The Oklahoma State Park Commission was created March 1, 1935, as a subdivision of the Game and Fish Commission. The commission learned the National Park Service was willing and anxious to assist the State of Oklahoma in developing a state park system. ECW funds and CCC labor were available for the development, if Federal Government requirements could be met by the State.

One of the requirements was that the State must own the land on which parks were located before work could be undertaken. The City of Altus and private citizens donated 3,000 acres of land at Quartz Mountain to create one of seven original Oklahoma State Parks. (Beavers Bend, Boiling Springs, Lake Murray, Osage Hills, Quartz Mountain, Robber’s Cave and Roman Nose).

In early 1937,the National Park Service turned over Quartz Mountain to the State of Oklahoma after having constructed roads, picnic areas, shelters, comfort stations and trails at an approximate cost of $150,000.00.

The Rivers and Harbors Act of 1938 authorized construction of the Lugert-Altus Flood Control and Reclamation Reservoir. The project was designed to raise the dam and corresponding lake level 50 feet to its present level for the purpose of irrigating ~ 48,000 acres of cropland in SW Oklahoma and to provide flood control.

W.C. Austin Dam completed.

The Quartz Mountain Lodge is built.
It had 44 rooms, an indoor pool and an outdoor pool and tennis courts.

A nine-hole golf course was completed.

Campgrounds were constructed on the Northshore.


The Oklahoma Arts Institute has a permanent home at the Quartz Mountain Arts and Conference Center in southwestern Oklahoma.

The Oklahoma Arts Institute’s home page states: “The Oklahoma Arts Institute was created in 1976 as a private, non-profit corporation dedicated to providing an educational program of excellence in the arts for young people. In 1983, at the request of the parents and teachers of Arts Institute students, a second program was added to accommodate adult artists. The Arts Institute’s purpose is to develop artists and arts audiences across the state and the region, improving the quality of life for all Oklahoman’s.”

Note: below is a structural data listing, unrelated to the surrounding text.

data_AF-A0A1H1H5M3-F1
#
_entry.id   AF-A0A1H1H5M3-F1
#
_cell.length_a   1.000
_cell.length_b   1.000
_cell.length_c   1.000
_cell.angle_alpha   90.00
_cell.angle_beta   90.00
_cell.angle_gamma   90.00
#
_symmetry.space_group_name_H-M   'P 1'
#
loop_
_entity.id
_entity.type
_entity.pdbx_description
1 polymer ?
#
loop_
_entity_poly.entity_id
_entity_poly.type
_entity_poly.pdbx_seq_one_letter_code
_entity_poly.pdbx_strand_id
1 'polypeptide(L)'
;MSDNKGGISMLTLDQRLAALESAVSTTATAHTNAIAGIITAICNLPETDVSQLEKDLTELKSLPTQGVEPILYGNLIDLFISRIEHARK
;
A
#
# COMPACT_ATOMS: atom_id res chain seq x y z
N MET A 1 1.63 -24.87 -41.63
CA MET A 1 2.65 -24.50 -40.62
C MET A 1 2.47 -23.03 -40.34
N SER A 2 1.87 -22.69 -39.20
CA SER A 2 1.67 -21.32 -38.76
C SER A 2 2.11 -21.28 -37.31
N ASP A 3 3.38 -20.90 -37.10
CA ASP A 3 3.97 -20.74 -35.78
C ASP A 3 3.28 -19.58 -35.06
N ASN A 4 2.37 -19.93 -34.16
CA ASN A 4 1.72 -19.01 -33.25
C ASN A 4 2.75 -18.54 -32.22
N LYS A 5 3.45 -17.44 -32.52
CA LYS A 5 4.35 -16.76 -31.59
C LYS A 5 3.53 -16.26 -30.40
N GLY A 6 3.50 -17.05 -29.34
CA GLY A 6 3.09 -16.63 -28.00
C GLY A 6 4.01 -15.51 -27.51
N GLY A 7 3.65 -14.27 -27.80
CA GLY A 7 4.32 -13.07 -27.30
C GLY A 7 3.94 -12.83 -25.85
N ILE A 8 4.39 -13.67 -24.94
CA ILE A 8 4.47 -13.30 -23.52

The Quartz Mountain Golf course is expanded to 18 holes.

Quartz Mountain Lodge burns.
An electrical fire in the sauna area destroys the public access areas (restaurant, front desk, offices everything BUT the wing of rooms). The lodge reopens 2 months later with the pole barns on the tennis courts as the restaurant and laundry space.

The Lodge closes as demolition and reconstruction start.

750-seat Twin Peaks Performing Arts Theatre finished.

The Lodge complex opens under private management in 2001 after reconstruction costs of ~$17,000,000.00.

The Access Fund purchases Baldy Point and then donates it to the State of Oklahoma.

The Oklahoma Legislature transfers Quartz Mountain from the Oklahoma Department of Tourism and Recreation to the Oklahoma State Regents for Higher Education.(74 OC 3106-4)

The Dunnam property donated to Quartz Mountain.

Quartz Mountain’s Baldy Point Trails project is awarded $80,000 for trail construction & improvement.